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Here are some definitions to clarify the concepts:
BIOBASED – Materials that are derived in whole or in part from biomass resources are biobased. Biomass resources are organic materials that are available on a renewable or recurring basis such as crop residues, wood residues, grasses, and aquatic plants. Corn ethanol is a well-known example of a biobased material derived from biomass resources.
BIOBASED PRODUCT – Any product that contains some amount of biobased material within it is technically a biobased product. The term is typically applied only to materials containing carbon.
NON-BIOBASED PRODUCT – Any product that does not contain any biobased materials in it is a non-biobased product, but the term is typically applied only to materials containing carbon. Products made entirely from petrochemical resources are referred to as non-biobased products. Glass, however, is not generally referred to as non-biobased material since it doesn’t contain any carbon.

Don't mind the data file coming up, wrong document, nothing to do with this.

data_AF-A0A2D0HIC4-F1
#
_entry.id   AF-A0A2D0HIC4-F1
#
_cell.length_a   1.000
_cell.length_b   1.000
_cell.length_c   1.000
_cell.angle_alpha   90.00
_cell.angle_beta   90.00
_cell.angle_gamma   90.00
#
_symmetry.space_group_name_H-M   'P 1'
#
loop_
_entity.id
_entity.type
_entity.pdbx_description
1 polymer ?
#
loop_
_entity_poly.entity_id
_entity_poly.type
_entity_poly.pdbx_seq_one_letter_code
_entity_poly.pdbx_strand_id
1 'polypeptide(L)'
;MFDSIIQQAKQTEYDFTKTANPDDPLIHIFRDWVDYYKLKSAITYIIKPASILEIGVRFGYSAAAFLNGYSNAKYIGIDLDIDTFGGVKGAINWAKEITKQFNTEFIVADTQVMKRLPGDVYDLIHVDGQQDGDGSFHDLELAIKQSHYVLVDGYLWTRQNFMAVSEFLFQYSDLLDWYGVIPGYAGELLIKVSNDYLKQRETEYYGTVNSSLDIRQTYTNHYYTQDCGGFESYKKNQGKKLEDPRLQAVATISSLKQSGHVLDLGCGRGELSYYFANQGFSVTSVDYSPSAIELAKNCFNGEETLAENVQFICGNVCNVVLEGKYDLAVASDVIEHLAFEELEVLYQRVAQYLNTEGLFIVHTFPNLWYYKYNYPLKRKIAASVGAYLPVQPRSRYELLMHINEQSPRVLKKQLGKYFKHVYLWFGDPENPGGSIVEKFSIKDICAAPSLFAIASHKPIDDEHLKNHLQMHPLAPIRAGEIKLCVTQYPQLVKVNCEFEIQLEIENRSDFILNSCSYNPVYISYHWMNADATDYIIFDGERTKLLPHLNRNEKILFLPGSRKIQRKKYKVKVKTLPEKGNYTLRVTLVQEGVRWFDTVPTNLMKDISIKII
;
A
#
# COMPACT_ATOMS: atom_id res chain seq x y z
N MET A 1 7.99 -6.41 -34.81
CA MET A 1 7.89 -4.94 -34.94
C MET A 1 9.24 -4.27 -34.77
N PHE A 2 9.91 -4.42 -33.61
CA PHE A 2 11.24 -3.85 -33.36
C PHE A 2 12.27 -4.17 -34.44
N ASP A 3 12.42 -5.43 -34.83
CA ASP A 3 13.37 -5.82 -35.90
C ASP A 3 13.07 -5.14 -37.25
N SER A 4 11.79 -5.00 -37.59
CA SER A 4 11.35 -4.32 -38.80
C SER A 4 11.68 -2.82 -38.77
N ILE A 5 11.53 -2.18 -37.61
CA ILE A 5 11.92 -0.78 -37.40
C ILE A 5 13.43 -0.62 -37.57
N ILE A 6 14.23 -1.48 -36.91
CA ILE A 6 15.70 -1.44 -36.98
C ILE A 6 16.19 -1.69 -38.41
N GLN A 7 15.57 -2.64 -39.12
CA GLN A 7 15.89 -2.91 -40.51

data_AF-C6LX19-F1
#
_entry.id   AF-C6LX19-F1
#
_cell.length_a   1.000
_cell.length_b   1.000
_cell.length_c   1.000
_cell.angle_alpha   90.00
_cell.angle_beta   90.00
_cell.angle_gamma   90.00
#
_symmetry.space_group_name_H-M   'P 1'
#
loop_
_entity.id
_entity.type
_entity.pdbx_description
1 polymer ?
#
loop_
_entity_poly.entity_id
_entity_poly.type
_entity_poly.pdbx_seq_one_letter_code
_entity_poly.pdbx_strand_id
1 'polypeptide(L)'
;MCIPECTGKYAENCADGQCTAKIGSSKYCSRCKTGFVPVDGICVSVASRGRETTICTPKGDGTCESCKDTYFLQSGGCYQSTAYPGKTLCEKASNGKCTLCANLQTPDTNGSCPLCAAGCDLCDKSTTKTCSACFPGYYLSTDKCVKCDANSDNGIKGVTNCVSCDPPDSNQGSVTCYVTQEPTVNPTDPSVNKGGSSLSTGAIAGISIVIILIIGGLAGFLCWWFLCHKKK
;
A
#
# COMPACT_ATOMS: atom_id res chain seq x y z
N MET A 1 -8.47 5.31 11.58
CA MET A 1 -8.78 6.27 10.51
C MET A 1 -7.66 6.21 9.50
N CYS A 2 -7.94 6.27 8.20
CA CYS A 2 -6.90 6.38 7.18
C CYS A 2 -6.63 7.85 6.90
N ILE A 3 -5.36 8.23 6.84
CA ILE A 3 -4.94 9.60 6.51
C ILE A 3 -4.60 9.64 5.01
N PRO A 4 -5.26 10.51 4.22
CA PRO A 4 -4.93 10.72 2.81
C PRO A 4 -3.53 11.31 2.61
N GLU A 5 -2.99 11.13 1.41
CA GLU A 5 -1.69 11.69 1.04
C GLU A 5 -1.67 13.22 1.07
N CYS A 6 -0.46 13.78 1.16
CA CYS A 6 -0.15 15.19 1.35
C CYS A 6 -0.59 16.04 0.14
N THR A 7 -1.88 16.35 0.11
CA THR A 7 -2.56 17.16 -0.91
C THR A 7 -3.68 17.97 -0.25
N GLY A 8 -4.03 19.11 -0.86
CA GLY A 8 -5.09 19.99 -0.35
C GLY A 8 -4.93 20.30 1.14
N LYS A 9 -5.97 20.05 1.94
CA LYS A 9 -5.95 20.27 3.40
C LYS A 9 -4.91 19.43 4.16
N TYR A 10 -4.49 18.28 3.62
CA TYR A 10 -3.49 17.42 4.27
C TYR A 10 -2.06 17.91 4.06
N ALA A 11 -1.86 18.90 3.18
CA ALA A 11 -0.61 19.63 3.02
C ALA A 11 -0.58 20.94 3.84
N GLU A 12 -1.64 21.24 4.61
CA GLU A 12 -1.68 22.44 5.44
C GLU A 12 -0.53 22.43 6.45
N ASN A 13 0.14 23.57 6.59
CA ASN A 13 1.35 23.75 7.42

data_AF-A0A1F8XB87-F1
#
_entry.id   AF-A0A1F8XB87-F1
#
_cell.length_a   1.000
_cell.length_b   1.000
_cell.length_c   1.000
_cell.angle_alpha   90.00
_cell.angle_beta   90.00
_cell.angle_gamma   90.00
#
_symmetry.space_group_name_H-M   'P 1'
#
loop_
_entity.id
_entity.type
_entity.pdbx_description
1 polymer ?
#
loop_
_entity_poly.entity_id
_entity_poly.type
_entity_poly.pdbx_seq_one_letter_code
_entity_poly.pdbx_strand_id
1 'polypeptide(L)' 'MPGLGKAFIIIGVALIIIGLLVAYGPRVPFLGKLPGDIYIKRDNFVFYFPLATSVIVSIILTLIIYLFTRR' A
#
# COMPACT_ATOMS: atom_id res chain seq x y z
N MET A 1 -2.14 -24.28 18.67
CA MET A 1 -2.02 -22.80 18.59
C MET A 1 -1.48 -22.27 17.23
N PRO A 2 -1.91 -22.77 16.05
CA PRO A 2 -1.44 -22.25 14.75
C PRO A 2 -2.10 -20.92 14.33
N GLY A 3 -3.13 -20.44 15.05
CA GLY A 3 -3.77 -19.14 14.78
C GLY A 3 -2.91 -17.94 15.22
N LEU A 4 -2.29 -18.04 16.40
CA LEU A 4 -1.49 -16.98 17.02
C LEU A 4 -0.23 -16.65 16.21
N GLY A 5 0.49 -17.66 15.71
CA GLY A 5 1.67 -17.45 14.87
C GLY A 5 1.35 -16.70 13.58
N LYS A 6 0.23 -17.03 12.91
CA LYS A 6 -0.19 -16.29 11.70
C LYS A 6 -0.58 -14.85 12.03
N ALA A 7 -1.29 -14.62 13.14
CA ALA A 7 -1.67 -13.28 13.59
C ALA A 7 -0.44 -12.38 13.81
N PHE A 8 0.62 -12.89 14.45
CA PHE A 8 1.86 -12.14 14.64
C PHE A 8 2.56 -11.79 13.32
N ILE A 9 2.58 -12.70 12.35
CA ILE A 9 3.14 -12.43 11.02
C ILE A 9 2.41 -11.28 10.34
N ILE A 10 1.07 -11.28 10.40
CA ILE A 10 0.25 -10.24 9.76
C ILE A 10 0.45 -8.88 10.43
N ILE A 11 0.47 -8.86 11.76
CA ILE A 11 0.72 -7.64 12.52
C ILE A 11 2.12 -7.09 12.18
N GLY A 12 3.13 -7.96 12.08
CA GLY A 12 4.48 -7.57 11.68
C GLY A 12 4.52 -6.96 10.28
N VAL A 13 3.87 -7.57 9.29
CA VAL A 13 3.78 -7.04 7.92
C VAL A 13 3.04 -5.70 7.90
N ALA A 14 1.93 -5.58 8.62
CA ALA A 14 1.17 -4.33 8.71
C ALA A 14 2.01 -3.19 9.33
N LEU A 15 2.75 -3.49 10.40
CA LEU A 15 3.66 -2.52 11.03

PERCENT BIOBASED CARBON CONTENT – This is a measure of the amount of biomass-derived carbon in a product as compared to its total organic carbon content (Biobased carbon to TOC) per ASTM D6866. Other analytical standard methods such as EN 16640 and ISO 16620-2 allow biobased results to be reported as a fraction of total carbon (TC). Both have become acceptable ways of measuring biobased carbon content.
The emerging biobased manufacturing industry is producing large quantities of products that contain mixtures of both biobased materials and petroleum-derived materials. “Percent biobased” is a measure of the amount of biobased carbon in the product as compared to the sum of biobased and petroleum-based carbon in the product. A percent biobased value of 75% would mean that of all the carbon in the product, 75% of it is biobased and 25% is petroleum based.1
The purpose of a biobased content measurement is to determine how much of the carbon within a biobased product is derived from biomass. The value represents a measure of how much biobased material a company is using to manufacture its products relative to the more readily available and less expensive petroleum-based alternatives.
1. Schonhofer, Franze. 14C in Austrian Wine and Vinegar. RADIOCARBON, VOL. 34, No. 3, 1992, P. 768-7711.